·         Future expansion of Hampton Roads Sanitation Department sewage lines – implications for development/land use changes

·         Conservation easements – often geared exclusively for conservation; need to consider a range of possible easement terms




·         Need more public access, yet don’t want to “love it to death”

·         Recreation – paddling

·         Fear that publicity will result in overuse (e.g. State Park in the Dragon would cause too much visitation – preference for wildlife management area/state forest with low intensity recreation

·         Focused education programs – curriculum/service learning


Forestry and Farming


·         Concern that economic forces/inheritance tax pressure will fragment large parcels by converting working forests and farms to suburban development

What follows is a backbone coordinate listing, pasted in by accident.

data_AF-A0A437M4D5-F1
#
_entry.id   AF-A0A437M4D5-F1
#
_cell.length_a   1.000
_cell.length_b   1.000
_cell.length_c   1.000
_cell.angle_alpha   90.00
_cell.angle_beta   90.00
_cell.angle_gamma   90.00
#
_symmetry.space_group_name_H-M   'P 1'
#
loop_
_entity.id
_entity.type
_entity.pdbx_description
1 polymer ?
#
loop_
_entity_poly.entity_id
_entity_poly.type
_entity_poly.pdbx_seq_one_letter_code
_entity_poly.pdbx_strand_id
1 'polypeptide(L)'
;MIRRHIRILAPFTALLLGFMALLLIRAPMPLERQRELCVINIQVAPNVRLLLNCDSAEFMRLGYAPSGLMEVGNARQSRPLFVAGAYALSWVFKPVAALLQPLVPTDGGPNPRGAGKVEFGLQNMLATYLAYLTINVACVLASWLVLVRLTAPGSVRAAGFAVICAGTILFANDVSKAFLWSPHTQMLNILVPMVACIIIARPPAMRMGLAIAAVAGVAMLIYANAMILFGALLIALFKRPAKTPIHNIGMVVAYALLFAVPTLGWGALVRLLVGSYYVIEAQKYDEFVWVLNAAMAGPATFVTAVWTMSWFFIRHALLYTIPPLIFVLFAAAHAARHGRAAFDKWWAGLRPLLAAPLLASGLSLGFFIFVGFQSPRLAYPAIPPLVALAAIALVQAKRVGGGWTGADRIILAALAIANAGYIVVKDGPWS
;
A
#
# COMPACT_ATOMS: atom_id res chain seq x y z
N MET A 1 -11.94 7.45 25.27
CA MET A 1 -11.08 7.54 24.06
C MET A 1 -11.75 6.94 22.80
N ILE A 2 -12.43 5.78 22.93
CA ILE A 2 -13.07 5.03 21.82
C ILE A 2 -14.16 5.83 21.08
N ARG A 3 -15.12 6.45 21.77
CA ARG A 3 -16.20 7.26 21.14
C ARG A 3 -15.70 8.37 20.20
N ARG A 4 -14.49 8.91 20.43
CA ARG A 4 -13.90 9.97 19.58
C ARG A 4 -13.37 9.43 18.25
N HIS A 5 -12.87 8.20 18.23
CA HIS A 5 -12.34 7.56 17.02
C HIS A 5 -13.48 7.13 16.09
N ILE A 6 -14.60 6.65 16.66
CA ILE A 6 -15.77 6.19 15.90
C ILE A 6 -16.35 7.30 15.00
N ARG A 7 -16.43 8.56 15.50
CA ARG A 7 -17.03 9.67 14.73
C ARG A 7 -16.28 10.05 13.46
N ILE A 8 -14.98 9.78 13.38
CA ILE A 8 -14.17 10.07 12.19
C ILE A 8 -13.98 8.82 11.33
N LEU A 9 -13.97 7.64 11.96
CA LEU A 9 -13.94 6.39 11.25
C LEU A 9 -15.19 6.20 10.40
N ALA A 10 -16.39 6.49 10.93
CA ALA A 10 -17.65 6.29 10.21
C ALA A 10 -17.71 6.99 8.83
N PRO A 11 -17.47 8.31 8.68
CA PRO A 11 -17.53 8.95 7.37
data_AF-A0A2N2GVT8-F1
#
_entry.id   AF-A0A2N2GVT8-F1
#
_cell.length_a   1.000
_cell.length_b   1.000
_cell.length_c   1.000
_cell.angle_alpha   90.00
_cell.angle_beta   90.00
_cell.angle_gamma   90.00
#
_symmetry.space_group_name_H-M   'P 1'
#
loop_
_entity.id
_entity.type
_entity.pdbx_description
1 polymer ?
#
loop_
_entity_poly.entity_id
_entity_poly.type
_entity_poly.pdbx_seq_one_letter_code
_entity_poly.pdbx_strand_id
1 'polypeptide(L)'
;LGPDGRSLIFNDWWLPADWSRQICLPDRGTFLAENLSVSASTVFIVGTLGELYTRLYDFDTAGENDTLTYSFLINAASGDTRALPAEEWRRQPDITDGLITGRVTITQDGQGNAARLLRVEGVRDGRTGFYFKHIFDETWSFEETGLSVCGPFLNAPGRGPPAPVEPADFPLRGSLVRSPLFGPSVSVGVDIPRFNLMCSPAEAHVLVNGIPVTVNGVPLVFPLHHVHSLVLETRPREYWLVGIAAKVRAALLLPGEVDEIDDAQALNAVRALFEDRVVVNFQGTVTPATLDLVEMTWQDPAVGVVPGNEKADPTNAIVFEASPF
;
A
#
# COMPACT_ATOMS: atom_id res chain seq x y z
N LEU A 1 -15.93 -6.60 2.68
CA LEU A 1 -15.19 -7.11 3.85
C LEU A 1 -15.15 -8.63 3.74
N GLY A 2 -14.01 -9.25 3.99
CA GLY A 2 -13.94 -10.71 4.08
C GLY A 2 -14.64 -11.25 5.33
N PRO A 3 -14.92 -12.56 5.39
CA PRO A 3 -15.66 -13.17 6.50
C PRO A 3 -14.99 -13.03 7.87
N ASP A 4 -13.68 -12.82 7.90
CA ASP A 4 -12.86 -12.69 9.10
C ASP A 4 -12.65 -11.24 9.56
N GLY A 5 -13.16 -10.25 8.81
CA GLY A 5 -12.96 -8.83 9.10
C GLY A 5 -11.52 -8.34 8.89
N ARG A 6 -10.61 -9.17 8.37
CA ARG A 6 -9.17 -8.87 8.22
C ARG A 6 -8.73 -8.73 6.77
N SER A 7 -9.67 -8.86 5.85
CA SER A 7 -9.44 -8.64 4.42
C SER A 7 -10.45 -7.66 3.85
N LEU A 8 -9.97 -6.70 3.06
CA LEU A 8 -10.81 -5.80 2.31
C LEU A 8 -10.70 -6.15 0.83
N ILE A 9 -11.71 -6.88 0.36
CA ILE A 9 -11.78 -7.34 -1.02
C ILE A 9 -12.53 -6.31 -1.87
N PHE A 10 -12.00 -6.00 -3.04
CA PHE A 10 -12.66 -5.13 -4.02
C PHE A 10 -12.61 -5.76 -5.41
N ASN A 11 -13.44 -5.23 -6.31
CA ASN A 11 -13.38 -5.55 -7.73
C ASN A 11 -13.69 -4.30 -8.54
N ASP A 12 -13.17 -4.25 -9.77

·         Open space preservation

·         Need good land stewardship which includes upland areas – past focus was on stream itself




·         State support for SAMP project

·         Research, education, and monitoring – value of baseline information for monitoring change in the Dragon watershed

·         GIS (geographic information system) is a tool to address many forum issues

·         Information needs – aerial photography, satellite imagery, estimates of development pressure, carrying capacity of existing water supplies (e.g. wells, public)

·         Could use Strengths, Weaknesses, Opportunities, and Threats (SWOT) analysis to help with identifying key issues/strategies to address issues